“So that was a condom, not a mint?” and Other Reasons Bunheads Should Not Have Been Canceled

Gilmore Girls is my favorite show of all time, and when I heard that Amy Sherman-Palladino was writing another show, I had to watch it. Bunheads (ABC Family) did not disappoint! Although the story line is different, it made me realize why I like Gilmore Girls and Sherman-Palladino’s work so so much. Bunheads has the same clever and fast-paced dialogue that I love and missed (and A S-P apparently can’t get enough of Waiting for Godot jokes). Like the citizens of Stars Hollow, the kooky residents of Paradise, CA, remind us that we are all a little bit crazy. It was even fun to see a few familiar faces, like Liza Weil, Kelly Bishop, Sean Gunn and Rose Abdoo, in new and equally wonderful roles.

Needless to say I am extremely sad that the show has been cancelled. I am sad because I think more shows should be like this one. I am sad because if I had a daughter or a little sister, this is the kind of show I would want her to be watching.

The girls (Sasha, Ginny, Boo, and Melanie) are good role models. They are passionate and dedicated young ladies who spend hours everyday practicing the thing they love until they get it right. At the same time, they are still normal teenage girls who enjoy sleepovers and going to the movies. No one is without flaws, yet they are intelligent, talented and motivated, and these qualities help them navigate the drama that friends, family, and romance bring to their lives.

Example: at the end of the season, Sasha decides that she wants to have sex. But she wants to make sure she is ready, she wants to be informed! So she rounds up Boo, Ginny, and Melanie…and they read about it. They go to the library. She seeks the advice of a trusted adult. This plot development, where Sasha and Boo consider taking their relationships to the next level, was handled in such a refreshing (and adorable!) way. Sex wasn’t made “unsexy” but it was treated like the real and very major decision that it is, and I think more people need to see that kind of behavior on television.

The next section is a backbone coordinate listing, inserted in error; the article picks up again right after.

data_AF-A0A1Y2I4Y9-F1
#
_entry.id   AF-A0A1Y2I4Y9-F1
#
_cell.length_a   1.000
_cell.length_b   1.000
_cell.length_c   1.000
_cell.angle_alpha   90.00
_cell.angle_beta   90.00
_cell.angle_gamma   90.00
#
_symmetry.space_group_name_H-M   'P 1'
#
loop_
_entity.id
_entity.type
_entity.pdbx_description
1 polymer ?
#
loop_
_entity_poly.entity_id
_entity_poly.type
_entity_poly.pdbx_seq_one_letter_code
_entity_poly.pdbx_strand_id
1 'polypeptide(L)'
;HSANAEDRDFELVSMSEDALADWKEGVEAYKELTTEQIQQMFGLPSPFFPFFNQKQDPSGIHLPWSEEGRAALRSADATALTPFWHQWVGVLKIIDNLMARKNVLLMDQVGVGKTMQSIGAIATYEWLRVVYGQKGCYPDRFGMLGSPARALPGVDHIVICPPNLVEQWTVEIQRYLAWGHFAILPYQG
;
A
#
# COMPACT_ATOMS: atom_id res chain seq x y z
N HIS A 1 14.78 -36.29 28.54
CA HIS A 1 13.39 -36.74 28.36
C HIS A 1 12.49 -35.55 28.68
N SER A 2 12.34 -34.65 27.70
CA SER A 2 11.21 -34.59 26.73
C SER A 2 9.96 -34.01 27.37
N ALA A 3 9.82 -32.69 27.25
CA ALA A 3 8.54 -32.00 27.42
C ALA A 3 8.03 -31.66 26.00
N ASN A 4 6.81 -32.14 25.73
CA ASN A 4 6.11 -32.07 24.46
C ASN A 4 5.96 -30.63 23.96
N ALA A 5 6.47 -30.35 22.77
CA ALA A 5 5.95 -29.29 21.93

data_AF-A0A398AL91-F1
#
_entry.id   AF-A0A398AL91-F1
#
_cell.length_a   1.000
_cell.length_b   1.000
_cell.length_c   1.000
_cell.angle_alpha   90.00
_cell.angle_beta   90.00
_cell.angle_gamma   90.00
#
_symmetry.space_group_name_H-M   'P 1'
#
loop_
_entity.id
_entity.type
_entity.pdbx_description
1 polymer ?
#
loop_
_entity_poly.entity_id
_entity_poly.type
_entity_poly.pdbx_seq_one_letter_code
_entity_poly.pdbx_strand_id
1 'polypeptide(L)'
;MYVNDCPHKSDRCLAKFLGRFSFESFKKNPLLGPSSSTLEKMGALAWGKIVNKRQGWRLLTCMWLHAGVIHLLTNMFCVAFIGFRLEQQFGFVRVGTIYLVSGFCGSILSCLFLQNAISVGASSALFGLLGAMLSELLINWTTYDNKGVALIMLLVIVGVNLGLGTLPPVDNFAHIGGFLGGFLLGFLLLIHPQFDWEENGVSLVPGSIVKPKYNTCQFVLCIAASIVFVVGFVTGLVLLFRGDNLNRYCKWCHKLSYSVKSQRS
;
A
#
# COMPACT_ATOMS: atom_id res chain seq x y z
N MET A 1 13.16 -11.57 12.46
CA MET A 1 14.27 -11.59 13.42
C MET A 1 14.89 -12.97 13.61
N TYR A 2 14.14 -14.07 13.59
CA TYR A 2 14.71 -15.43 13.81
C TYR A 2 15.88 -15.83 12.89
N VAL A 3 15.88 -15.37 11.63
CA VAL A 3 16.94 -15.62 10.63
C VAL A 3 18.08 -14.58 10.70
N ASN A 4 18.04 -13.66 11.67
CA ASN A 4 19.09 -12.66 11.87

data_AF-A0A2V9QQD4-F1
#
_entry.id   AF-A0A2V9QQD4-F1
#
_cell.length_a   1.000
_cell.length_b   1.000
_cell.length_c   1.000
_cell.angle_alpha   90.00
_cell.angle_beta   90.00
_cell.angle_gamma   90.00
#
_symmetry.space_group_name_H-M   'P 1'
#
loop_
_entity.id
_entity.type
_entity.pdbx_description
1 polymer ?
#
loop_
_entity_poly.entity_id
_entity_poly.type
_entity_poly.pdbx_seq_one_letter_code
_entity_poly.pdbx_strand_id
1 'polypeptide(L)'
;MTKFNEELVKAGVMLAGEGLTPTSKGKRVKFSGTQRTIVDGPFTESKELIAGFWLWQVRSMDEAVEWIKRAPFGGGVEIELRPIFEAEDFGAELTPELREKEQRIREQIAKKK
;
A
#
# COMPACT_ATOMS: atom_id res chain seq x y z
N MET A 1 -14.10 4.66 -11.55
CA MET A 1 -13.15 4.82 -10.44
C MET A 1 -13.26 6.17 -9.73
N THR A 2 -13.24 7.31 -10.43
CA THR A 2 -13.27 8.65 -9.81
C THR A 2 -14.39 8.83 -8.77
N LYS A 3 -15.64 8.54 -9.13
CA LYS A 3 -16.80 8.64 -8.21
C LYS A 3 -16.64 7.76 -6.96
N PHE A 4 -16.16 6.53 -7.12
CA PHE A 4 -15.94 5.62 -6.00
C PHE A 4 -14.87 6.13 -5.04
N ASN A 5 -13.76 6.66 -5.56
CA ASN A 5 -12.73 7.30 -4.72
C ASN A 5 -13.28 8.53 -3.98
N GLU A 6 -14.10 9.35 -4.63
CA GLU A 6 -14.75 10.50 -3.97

The ballet itself also makes the show special. The girls aren’t just attending class–performances add another artistic dimension to the episodes that is really beautiful. I’m not a dancer (and I imagine that people who do dance will have a different response to this aspect of the show) but I really came to see dancing as the form of expression that it is. The moments when Michelle and the girls are dancing were an essential part of the storytelling, like dialogue and music.

For example, this scene which expresses Sasha’s emotional turmoil, or the final scene of the show, a dance to “Makin’ Whoopee”–a fitting musical choice in light of the episode.

James Poniewozik wrote a great article for TIME about the show. The importance of the show, he says, is “to prove that there are different kinds of stories worth telling outside the usual genres.” He also writes, (and I’m quoting him because I literally cannot say it better): “But death is not the only thing that makes your life worthy of your attention. There’s growing up, finding your limitations, learning who you are. There’s being grown up, being forced to reassess your life, figuring out who you still can be. There’s wanting things and pursuing a calling–which does not always have to be building the largest meth operation in the Southwest.”  Bunheads is not Breaking Bad*–it doesn’t have that kind of suspenseful, high-stakes, high-adrenaline feel, but that might make it all the more worth watching. And like Poniewozik also points out–between Fanny, Michelle, and the girls–this show speaks to multiple generations

I am disappointed, but I’m not the only one. I hope to see more from Amy Sherman-Palladino in the future, and some more creative and intelligent shows like Bunheads on television.



Poniewozik, James. “On the Importance of Bunheads”. TIME. 26 Feb. 2013 Web. 4 Aug 2013 http://entertainment.time.com/2013/02/26/on-the-importance-of-bunheads/

*I am not hating on Breaking Bad.


Thoughts on “The Fault in Our Stars”

It has been a shamefully long time since my last post–my apologies! Even though I haven’t been blogging, I’ve been doing plenty of reading, thinking, and writing. From Final papers to personal statements (and wedding speeches!) it feels like writing is all I have been doing for the past seven months! But enough excuses. I just read  The Fault in Our Stars by John Green (Penguin Books Limited, January 2013). It was a beautiful book and I’m sharing some of my thoughts about it in this post.